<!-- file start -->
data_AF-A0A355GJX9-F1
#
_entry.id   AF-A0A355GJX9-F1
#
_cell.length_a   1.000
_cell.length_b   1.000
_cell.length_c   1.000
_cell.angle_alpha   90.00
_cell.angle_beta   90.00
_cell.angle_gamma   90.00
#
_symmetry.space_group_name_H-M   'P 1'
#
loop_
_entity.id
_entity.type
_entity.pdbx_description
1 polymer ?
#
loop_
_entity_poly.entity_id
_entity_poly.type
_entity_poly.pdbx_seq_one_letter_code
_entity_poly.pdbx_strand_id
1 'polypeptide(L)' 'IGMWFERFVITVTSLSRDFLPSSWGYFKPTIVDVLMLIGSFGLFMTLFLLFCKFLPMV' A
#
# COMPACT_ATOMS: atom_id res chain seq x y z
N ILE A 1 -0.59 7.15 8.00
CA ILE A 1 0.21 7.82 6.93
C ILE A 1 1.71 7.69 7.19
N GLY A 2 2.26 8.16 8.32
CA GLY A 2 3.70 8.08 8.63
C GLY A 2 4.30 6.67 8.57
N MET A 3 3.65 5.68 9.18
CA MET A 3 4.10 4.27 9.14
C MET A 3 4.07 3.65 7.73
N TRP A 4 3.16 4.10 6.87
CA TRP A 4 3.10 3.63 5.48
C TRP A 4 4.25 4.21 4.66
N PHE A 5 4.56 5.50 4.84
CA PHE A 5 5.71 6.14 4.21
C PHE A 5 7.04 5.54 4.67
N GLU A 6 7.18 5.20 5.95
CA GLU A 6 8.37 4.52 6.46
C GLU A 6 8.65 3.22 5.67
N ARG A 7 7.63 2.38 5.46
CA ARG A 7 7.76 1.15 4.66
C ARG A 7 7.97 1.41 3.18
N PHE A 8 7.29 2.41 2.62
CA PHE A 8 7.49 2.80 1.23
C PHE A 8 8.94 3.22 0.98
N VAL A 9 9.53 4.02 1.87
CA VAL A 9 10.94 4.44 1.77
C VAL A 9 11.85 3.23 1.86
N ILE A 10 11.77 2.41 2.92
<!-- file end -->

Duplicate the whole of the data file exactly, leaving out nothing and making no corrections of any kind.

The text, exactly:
data_AF-A0A355GJX9-F1
#
_entry.id   AF-A0A355GJX9-F1
#
_cell.length_a   1.000
_cell.length_b   1.000
_cell.length_c   1.000
_cell.angle_alpha   90.00
_cell.angle_beta   90.00
_cell.angle_gamma   90.00
#
_symmetry.space_group_name_H-M   'P 1'
#
loop_
_entity.id
_entity.type
_entity.pdbx_description
1 polymer ?
#
loop_
_entity_poly.entity_id
_entity_poly.type
_entity_poly.pdbx_seq_one_letter_code
_entity_poly.pdbx_strand_id
1 'polypeptide(L)' 'IGMWFERFVITVTSLSRDFLPSSWGYFKPTIVDVLMLIGSFGLFMTLFLLFCKFLPMV' A
#
# COMPACT_ATOMS: atom_id res chain seq x y z
N ILE A 1 -0.59 7.15 8.00
CA ILE A 1 0.21 7.82 6.93
C ILE A 1 1.71 7.69 7.19
N GLY A 2 2.26 8.16 8.32
CA GLY A 2 3.70 8.08 8.63
C GLY A 2 4.30 6.67 8.57
N MET A 3 3.65 5.68 9.18
CA MET A 3 4.10 4.27 9.14
C MET A 3 4.07 3.65 7.73
N TRP A 4 3.16 4.10 6.87
CA TRP A 4 3.10 3.63 5.48
C TRP A 4 4.25 4.21 4.66
N PHE A 5 4.56 5.50 4.84
CA PHE A 5 5.71 6.14 4.21
C PHE A 5 7.04 5.54 4.67
N GLU A 6 7.18 5.20 5.95
CA GLU A 6 8.37 4.52 6.46
C GLU A 6 8.65 3.22 5.67
N ARG A 7 7.63 2.38 5.46
CA ARG A 7 7.76 1.15 4.66
C ARG A 7 7.97 1.41 3.18
N PHE A 8 7.29 2.41 2.62
CA PHE A 8 7.49 2.80 1.23
C PHE A 8 8.94 3.22 0.98
N VAL A 9 9.53 4.02 1.87
CA VAL A 9 10.94 4.44 1.77
C VAL A 9 11.85 3.23 1.86
N ILE A 10 11.77 2.41 2.92